23. Regmi A, Shah B, Rai BR, Pandeya A: Serum lipid profile in patients with thyroid disorders in central Nepal. Nepal Med Coll J 2010, 12: 253-256.

    CAS  PubMed  Google Scholar 

  24. Teixeira Pde F, Reuters VS, Ferreira MM, Almeida CP, Reis FA, Buescu A, Costa AJ, Vaisman M: Lipid profile in different degrees of hypothyroidism and effects of levothyroxine replacement in mild thyroid failure. Transl Res 2008, 151: 224-231. 10.1016/j.trsl.2007.12.006

    Article  PubMed  Google Scholar 

  25. Dobiasova M, Frohlich J: The plasma parameter Log (TG/HDL-C) as an atherogenic index: correlation with lipoprotein particle size and esterification rate in apo-B-lipoprotein-depleted plasma (FER HDL ). Clin Biochem 2001, 34: 583-588. 10.1016/S0009-9120(01)00263-6

    Article  CAS  PubMed  Google Scholar 

  26. Dobiasova M: Atherogenic index of plasma [Log (Triglycerides/HDL-Cholestrol)]: Theoretical and practical implications. Clin Chem 2004, 50: 1113-1115. 10.1373/clinchem.2004.033175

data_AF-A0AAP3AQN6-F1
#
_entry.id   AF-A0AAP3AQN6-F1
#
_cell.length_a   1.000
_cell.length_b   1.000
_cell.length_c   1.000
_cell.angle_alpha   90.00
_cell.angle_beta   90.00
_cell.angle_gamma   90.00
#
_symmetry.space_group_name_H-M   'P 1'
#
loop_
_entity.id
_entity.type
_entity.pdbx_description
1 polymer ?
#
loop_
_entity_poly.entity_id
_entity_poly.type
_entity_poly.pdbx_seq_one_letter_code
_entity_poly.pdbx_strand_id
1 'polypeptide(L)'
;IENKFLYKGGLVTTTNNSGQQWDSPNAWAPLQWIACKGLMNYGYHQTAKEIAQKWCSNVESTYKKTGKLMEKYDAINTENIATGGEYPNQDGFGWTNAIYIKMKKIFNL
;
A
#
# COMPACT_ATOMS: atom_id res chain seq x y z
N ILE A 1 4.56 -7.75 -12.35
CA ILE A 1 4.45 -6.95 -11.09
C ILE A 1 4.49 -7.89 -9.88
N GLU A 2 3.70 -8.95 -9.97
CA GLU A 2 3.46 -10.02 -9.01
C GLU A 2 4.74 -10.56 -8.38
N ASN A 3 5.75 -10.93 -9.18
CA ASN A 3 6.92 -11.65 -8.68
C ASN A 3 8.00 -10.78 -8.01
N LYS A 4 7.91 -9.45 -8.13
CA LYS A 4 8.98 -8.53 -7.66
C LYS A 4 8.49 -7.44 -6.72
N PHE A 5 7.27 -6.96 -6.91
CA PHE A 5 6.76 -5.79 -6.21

Article  CAS  PubMed  Google Scholar 

  27. Rainwater DL, Moore PH, Shelledy WR, Dyer TD, Slifer SH: Characterization of a composite gradient gel for the electrophoretic separation of lipoproteins. J Lipid Res 1997, 38: 1261-1266.

    CAS  PubMed  Google Scholar 

  28. Hirano T, Ito Y, Yoshino G: Measurement of small dense low-density lipoprotein particles. J Atheroscler Thromb 2005, 12: 67-72. 10.5551/jat.12.67

    Article  CAS  PubMed  Google Scholar 

  29. Otvos JD, Jeyarajah EJ, Bennett DW, Krauss RM: Development of a proton nuclear magnetic resonance spectroscopic method for determining plasma lipoprotein concentrations and subspecies distributions a single, rapid measurement. Clin Chem 1992, 38: 1632-1638.

    CAS  PubMed  Google Scholar 

  30. Friedewald WT, Levy RI, Frederickson DS: Estimation of the concentration of low density lipoprotein cholesterol in plasma, without use of the preparative ultracentrifuge. Clin Chem 1972, 18: 499-502.